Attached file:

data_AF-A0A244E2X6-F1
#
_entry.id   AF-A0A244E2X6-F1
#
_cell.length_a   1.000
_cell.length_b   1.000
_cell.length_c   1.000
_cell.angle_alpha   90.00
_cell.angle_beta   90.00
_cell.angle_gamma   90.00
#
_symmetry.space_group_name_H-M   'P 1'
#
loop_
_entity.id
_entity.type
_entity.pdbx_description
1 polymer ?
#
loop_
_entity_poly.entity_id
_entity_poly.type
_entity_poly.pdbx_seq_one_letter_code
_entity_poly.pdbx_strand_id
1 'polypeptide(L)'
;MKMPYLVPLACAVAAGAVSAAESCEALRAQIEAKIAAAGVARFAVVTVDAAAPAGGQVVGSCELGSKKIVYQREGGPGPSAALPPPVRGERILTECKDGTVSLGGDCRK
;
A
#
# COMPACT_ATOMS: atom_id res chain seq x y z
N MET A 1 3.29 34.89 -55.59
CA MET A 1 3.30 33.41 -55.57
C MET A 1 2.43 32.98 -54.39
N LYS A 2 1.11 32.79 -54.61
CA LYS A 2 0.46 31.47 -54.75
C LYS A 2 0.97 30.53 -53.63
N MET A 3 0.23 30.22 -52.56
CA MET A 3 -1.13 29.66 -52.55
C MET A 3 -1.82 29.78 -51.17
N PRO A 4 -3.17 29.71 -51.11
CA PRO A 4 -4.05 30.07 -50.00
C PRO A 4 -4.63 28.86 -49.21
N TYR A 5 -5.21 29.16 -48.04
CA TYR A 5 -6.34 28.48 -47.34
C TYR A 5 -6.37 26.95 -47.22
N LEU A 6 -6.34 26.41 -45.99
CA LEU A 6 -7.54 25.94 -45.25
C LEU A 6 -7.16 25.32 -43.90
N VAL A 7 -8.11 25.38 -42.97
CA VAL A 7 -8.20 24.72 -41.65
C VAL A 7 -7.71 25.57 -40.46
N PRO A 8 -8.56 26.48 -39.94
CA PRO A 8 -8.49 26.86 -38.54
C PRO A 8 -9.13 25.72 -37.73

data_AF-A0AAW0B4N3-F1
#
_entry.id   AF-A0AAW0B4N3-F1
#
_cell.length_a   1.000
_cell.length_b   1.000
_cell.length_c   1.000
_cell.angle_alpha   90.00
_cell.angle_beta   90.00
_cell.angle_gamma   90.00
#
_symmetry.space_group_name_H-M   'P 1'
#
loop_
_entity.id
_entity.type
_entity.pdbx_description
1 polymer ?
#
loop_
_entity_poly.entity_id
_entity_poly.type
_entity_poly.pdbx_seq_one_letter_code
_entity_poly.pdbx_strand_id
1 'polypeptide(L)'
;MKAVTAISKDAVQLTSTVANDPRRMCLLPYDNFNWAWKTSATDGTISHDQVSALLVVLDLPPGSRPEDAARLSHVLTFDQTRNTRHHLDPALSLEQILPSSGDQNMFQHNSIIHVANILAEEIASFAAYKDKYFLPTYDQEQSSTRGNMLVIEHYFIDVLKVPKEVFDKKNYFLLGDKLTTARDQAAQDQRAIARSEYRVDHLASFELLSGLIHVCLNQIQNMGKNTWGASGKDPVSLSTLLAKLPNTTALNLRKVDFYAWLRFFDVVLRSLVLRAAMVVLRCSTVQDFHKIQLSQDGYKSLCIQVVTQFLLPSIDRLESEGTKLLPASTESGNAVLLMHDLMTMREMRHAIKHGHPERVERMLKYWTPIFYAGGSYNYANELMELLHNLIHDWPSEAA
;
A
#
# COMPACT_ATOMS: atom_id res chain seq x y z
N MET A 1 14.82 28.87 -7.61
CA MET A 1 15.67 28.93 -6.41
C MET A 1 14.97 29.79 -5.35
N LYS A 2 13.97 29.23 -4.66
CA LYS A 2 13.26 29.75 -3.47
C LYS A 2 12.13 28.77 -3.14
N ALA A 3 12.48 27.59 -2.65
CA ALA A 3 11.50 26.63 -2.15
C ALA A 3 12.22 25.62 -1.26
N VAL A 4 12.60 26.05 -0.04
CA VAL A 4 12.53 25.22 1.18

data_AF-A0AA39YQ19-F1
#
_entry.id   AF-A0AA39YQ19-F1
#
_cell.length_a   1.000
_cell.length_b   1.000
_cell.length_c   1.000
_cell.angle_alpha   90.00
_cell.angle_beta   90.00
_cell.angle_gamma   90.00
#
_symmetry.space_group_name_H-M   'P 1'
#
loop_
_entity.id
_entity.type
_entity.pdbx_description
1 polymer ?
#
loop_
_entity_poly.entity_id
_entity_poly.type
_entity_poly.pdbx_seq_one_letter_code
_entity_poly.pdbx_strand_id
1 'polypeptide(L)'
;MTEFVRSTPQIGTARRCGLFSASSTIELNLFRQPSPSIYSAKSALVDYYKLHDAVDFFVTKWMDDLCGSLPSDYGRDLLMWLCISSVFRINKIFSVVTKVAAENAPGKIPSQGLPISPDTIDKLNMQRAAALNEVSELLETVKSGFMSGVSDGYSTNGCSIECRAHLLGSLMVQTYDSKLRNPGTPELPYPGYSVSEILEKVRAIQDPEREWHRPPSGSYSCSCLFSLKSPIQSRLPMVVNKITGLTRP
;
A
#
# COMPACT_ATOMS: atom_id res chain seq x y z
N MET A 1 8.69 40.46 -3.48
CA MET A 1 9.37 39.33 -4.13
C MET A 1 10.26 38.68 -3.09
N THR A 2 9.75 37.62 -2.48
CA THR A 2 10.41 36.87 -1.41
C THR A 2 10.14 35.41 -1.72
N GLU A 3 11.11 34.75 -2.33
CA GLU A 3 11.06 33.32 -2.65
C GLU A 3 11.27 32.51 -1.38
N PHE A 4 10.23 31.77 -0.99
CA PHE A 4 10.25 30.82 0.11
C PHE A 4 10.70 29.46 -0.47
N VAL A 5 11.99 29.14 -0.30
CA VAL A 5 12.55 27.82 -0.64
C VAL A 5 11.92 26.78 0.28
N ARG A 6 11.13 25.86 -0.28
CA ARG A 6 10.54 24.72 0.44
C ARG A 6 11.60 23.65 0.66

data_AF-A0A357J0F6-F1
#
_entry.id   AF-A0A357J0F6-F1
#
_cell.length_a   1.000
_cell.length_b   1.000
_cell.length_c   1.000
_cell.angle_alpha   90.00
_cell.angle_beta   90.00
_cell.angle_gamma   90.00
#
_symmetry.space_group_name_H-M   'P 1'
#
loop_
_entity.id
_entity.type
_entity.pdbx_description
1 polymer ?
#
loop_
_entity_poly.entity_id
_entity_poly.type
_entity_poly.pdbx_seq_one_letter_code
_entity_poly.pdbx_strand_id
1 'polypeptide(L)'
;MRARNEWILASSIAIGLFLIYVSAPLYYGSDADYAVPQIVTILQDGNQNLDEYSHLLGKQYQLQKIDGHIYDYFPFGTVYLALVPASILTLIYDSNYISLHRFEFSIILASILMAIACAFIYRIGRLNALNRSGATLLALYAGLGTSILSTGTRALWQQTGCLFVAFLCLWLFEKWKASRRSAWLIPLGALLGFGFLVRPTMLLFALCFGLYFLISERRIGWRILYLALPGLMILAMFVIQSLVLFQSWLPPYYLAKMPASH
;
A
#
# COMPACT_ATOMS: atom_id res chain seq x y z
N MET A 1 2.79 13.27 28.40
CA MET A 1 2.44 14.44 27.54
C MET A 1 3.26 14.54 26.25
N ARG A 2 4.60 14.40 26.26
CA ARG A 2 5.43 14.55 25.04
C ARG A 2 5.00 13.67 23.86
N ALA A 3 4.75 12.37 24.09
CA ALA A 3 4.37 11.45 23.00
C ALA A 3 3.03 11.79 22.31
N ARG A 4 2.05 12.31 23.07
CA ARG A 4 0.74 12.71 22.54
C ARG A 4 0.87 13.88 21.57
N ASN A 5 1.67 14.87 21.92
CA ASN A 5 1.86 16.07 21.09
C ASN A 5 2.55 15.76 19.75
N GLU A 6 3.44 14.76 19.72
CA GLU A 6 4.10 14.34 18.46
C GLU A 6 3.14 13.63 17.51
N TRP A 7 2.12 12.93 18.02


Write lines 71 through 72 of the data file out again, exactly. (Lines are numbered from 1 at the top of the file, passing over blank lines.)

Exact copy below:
_entity.pdbx_description
1 polymer ?